Psychological warfare, from psyche (‘soul’ or ‘spirit’), is something most people can easily see is regularly occurring around them. For example, different countries have different interests, and will try to persuade people to take this or that position on some issue. Similarly with political parties, or companies.

The main tool with which these organizations fight is the media. Obviously, the extent and duration of media exposure is increasing. This means there is more potential for those organizations to engage in psychological warfare.

Many Christians believe there is unprecedented spiritual warfare occurring now. To see how this might map onto something important, consider that many Christians also believe that the main conduit of much of this is the media.

So, recognizing spiritual warfare or psychological warfare being conducted through the media is a point of contact for both Christians and critical-thinking secular moderns. It also opens a way for secular moderns to understand what Christians are talking about, without merely dismissing it as gibberish.

What is the Kingdom?

Thy kingdom come, thy will be done, in earth as it is in Heaven. (Matthew 6:10, King James Bible)

And when he was demanded of the Pharisees, when the kingdom of God should come, he answered them and said, The kingdom of God cometh not with observation: Neither shall they say, Lo here! or, lo there! for, behold, the kingdom of God is within you. (Luke 17:21-22, King James Bible)

What is the ‘Kingdom’? In contemporary terms, it is a grass-roots, metapolitical movement, which comes out of the theosis (spiritual development) of individuals and then the actions they take.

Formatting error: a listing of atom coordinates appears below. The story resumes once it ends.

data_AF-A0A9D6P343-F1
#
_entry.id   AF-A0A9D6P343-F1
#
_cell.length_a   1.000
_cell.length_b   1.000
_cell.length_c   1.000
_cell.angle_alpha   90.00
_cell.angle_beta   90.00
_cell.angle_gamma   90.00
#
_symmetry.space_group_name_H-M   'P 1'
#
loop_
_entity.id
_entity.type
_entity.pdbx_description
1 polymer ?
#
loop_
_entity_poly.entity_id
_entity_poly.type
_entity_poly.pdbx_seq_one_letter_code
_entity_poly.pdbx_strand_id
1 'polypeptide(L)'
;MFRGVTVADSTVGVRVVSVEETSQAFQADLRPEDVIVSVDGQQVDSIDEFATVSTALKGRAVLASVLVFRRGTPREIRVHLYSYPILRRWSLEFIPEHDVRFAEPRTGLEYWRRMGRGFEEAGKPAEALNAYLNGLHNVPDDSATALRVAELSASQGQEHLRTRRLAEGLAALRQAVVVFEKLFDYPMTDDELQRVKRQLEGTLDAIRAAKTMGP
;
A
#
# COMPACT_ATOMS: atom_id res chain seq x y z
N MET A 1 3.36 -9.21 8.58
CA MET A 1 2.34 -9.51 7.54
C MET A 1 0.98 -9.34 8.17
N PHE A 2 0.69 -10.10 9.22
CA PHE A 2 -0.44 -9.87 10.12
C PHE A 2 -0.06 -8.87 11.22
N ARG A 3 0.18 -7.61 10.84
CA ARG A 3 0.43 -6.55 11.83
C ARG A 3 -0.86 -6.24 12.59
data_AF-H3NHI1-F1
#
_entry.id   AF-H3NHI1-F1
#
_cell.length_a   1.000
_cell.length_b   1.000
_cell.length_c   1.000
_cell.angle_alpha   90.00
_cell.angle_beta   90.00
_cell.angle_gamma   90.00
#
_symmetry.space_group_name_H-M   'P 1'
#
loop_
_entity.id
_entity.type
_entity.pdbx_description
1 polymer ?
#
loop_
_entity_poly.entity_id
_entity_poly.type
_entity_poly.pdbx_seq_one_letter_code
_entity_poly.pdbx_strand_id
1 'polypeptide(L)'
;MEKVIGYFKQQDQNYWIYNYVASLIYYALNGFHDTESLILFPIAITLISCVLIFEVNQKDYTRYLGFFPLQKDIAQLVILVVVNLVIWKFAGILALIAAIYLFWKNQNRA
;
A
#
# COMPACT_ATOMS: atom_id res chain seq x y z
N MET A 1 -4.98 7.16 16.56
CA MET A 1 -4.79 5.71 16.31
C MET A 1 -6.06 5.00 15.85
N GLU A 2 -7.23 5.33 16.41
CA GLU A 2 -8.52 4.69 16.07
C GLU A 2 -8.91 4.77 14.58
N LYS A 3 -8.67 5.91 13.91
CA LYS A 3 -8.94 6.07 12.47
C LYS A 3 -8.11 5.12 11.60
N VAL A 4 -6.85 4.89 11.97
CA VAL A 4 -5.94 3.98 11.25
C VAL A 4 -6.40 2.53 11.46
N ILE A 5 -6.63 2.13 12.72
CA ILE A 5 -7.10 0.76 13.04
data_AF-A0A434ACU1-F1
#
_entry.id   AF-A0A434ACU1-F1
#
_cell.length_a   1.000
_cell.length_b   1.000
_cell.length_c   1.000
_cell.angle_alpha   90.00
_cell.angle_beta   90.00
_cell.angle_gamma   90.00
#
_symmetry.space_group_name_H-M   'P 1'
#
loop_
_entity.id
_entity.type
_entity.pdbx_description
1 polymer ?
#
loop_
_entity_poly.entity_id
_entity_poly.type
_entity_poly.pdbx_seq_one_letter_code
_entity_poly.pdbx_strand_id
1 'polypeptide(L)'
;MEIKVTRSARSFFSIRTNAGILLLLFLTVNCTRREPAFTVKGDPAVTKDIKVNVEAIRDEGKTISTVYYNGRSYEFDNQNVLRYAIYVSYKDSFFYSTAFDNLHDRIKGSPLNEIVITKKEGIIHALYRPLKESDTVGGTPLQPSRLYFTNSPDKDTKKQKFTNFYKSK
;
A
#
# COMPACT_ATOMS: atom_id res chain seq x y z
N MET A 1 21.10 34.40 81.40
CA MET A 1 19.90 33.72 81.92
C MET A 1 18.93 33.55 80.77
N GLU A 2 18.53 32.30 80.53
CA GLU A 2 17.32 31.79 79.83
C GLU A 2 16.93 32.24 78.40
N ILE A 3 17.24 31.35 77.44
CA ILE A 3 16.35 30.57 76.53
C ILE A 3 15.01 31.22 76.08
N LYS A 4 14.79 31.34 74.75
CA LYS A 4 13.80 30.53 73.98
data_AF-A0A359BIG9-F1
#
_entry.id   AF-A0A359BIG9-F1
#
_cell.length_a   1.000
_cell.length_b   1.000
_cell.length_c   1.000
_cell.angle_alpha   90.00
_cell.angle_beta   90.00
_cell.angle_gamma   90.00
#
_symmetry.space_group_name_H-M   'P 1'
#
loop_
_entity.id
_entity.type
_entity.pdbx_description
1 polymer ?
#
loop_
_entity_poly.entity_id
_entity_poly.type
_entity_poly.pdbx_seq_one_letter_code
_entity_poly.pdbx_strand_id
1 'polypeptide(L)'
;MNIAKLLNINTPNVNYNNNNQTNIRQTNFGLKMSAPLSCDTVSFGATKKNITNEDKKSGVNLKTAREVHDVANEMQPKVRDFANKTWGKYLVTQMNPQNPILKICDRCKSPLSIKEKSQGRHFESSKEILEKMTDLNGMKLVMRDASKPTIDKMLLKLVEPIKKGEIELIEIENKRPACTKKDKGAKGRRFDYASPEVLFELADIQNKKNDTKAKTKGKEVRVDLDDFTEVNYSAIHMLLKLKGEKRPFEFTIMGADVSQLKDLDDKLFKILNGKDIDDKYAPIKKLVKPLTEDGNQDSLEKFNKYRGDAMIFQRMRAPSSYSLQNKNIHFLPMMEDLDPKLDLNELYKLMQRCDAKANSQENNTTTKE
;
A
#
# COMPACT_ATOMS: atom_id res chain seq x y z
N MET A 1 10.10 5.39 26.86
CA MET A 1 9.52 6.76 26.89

Antifragile processes

Norman Vincent Peale’s The Power of Positive Thinking (1952) is largely a collection of practical tricks for changing how one thinks on an habitual basis and therefore acts (i.e., theosis).

These practical tricks are part-and-parcel of kinds of Christianity, and Peale (a pastor) explicitly couches them in the Christian Gospel. The Gospel isn’t incidental to many of the practices – rather, the practices are closely connected to parts of the Bible, and probably generated in part by reflection on those texts (so, the texts acted as a kind of heuristic).

In light of work by Nassim Taleb on antifragility, the following one in particular I found interesting

6. Avoid argument, but whenever a negative attitude is expressed, counter with a positive and optimistic opinion. (p. 172)

The trick here is to create an ‘antifragile’ process (something that gets stronger when exposed to intermittent stresses, such as a muscle gets stronger when lifting weights, say). A negative attitude, which ordinarily might damage a positive attitude, is used as a stimulus to create a stronger habit of focusing on positive or optimistic ways of thinking. A nice trick.

Many antifragile processes are part of Christian practice, just as they are with certain kinds of Stoic thought and practice. For example, detachment from material wealth means low downside to lack of material wealth, but upside to having material wealth (as with Seneca).